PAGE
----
Yes, if I knew that my friend was either a fan of military/suspense or open to reading different genres. This was just a great book overall; very well written. There was some human interest there with the young aid workers and a few scenes with John Wells that were a bit surprising. It was also pretty cool to see Wells operating out of his comfort zone, on different continent in very different setting.
And I guess that's a part of what makes men like John Wells so fun to read, they don't let the fear of the unknown hinder them. They are trained to operate on their own, trust their instincts, and react quickly to some really sticky situations that the average man would need a couple of days to figure out.
The first time Wells comes face to face with the hyenas in the hut where the four aid workers had been held. I've heard about how vicious hyenas are, but something about that scene really gave me a different perspective. It was pretty gruesome.
Things started to look really bleak after Wells has been in Africa a couple of days and, at one point, he began to feel a bit hopeless and decided to call some folk back home. He called his son and his son unexpectedly threw him a lifeline in the form hope. Hope that he was wanted to open the lines of communication between he and his father and possibly start rebuilding their relationship. I remember smiling and feeling a burst of happiness. Wells had been wanting that for so long. Now I'm looking forward to seeing how the relationship between father and son is repaired in the coming books.
This is a great series to read. John Wells is a complex, yet simple man. And this was my favorite book in the series.
Let me start by saying that Nineteen Minutes was chosen by my book club to read last month; it's not a book that I would've read on my own.
Nineteen Minutes is one of those books that I had to step away from occasionally because there were some scenes that were difficult to read. A mass school shooting is the central theme, but the book also addresses abuse, bullying, single parent issues, children's privacy rights, 2nd amendment rights and a few other things.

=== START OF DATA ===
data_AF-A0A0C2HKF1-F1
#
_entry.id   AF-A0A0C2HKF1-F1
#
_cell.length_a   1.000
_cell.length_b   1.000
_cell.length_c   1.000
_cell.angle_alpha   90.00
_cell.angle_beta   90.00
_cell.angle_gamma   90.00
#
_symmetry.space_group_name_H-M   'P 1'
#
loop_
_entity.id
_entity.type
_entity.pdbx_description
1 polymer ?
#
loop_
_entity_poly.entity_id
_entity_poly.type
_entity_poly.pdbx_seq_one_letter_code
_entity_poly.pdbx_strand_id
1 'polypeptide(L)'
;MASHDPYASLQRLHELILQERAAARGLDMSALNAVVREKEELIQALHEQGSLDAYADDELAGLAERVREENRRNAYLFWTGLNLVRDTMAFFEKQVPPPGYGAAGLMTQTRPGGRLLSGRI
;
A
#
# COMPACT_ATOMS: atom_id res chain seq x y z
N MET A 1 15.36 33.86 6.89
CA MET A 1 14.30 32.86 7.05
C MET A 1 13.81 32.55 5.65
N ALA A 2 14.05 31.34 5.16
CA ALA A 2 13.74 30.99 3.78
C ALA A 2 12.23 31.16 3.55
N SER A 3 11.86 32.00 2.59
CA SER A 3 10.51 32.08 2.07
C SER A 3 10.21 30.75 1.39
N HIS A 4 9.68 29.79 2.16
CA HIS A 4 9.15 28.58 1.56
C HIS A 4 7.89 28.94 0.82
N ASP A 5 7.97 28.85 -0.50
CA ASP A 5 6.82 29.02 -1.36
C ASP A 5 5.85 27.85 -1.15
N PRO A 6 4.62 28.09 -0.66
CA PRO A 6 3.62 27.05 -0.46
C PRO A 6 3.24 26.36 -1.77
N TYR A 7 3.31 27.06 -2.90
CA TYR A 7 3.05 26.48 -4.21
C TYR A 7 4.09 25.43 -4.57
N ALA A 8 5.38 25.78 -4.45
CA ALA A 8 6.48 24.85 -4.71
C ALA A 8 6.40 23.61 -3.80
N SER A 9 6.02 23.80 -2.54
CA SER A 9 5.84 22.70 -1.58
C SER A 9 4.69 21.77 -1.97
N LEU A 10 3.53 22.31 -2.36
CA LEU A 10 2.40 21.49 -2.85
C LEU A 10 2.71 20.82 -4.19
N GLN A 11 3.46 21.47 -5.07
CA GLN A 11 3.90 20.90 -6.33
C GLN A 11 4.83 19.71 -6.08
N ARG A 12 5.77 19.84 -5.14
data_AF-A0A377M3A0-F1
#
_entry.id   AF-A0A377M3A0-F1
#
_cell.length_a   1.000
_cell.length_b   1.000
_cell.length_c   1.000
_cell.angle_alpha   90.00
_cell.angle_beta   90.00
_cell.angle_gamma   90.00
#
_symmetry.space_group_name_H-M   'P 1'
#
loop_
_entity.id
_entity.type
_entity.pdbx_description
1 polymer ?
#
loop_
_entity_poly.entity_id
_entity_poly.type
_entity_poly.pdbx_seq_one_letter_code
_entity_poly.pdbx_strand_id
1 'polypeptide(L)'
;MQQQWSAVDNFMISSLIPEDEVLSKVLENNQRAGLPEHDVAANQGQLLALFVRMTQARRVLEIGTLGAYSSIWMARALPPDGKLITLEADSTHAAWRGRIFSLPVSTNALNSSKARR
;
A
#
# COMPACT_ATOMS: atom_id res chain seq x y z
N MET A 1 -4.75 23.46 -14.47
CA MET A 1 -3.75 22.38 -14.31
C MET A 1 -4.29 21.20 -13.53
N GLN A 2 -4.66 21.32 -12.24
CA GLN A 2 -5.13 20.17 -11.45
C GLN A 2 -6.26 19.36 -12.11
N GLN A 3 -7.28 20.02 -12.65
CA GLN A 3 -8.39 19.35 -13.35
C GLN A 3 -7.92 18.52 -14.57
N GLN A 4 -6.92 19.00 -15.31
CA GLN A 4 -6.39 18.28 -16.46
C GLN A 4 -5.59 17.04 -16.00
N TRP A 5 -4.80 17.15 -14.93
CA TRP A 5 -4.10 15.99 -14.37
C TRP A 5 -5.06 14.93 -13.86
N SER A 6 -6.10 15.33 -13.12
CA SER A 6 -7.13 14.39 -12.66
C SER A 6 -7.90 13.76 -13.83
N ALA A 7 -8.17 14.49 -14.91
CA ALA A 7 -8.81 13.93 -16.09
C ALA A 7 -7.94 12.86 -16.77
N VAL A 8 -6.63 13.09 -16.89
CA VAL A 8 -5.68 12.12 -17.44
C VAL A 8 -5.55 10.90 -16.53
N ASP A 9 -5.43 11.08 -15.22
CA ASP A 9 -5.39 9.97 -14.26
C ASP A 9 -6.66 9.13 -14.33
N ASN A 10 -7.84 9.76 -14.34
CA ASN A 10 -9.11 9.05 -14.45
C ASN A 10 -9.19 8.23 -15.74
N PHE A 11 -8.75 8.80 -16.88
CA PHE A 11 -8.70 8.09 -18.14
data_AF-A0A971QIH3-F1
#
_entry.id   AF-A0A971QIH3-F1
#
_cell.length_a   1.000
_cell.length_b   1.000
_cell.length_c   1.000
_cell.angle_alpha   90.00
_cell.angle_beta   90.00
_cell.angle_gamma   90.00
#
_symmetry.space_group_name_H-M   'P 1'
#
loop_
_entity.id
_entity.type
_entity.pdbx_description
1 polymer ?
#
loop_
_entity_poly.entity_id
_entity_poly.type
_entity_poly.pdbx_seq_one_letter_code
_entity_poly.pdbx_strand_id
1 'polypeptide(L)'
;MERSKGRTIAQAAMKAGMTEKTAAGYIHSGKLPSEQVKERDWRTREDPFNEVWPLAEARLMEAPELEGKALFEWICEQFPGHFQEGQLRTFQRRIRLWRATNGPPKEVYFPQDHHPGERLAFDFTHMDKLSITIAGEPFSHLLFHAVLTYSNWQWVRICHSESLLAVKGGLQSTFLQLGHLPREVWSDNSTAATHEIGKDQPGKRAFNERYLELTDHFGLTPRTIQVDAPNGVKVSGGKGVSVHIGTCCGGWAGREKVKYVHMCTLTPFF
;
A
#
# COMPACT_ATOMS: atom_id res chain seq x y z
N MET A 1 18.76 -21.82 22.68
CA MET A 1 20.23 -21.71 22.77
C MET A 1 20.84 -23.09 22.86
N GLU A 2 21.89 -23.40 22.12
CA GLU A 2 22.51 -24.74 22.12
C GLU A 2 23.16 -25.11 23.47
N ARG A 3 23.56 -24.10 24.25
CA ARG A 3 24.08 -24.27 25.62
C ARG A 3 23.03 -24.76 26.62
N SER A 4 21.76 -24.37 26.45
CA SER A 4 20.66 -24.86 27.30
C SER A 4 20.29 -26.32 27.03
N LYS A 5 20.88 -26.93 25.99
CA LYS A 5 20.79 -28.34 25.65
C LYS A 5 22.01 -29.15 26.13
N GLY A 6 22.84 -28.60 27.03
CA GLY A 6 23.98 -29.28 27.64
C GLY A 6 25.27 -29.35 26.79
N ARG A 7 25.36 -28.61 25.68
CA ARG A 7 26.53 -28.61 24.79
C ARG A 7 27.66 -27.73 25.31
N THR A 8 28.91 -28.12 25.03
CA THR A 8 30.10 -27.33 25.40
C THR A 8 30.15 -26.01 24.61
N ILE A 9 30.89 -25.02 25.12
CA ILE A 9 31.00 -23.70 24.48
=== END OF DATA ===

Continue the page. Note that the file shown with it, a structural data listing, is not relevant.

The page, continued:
This was not a book that I found enjoyable. It actually enraged me at times - the spinelessness of some of the characters, the neglect of school officials to protect a kid who was being viciously bullied on a regular basis, the aloofness of the parents who didn't know that their own children didn't like each other or the carelessness of the parent who allowed her kid the freedom to have sex in the house til the wee hours of the morning as she slept soundly upstairs. WHAT?! There were so many things that seemed foreign and unrelatable to me that I struggled until the very end to finish the book.
I guess the one good thing I can say is that Nineteen Minutes sparked some good discussion at the book club meeting, so there is that.
You may notice that the way I rated this book does not match my review. I'm going to be fair here and acknowledge Jodi Picoult as a good writer. I will not give her low scores just because I didn't care for this book.
Probably not. Robyn Carr has at least 3 book series that are all written using the same formula. They all involve a quaint little town filled with people who are super neighborly, a town that is so wonderful to live in that even nomads don't want to leave, the people strongly believe in second chances and as you get to know them you discover that they are great communicators -even the men. And then some stranger happens along and for all the reasons previously mentioned decides to stay and fall in love.
The first series I read by Robyn Carr is Virgin River. I loved that series and I did reread a couple of those books. But now, the novelty has worn off and I didn't really connect with The Chance on a level deep enough to make me want to read it again.
I will never completely bash a narrators performance, but I will admit that I don't really care for Therese Plummers narrations. It's a matter of personal preference, but she over enunciates her words. She rolls every "r" and crosses every "t". She should lighten up a bit.
On the flip, side she's dramatizes the scenes pretty well.
The narrator and the action.
It's not that the narrator was that extraordinary and just knocked me clean off of my feet. It's just that I thought he had a voice that was perfect for this genre. Some narrators have voices that can seem like a character all by itself. Henry Strozier's narration didn't interfere with the story. I like that. It was perfect in a nondescript way.
And I really enjoy books that read like movies. There are some really good action sequences in this book and that's what kept me going.
Yes. I love a good series that allows me to really get to know the characters. I think I'd like to get to know Pike and Logan a little better.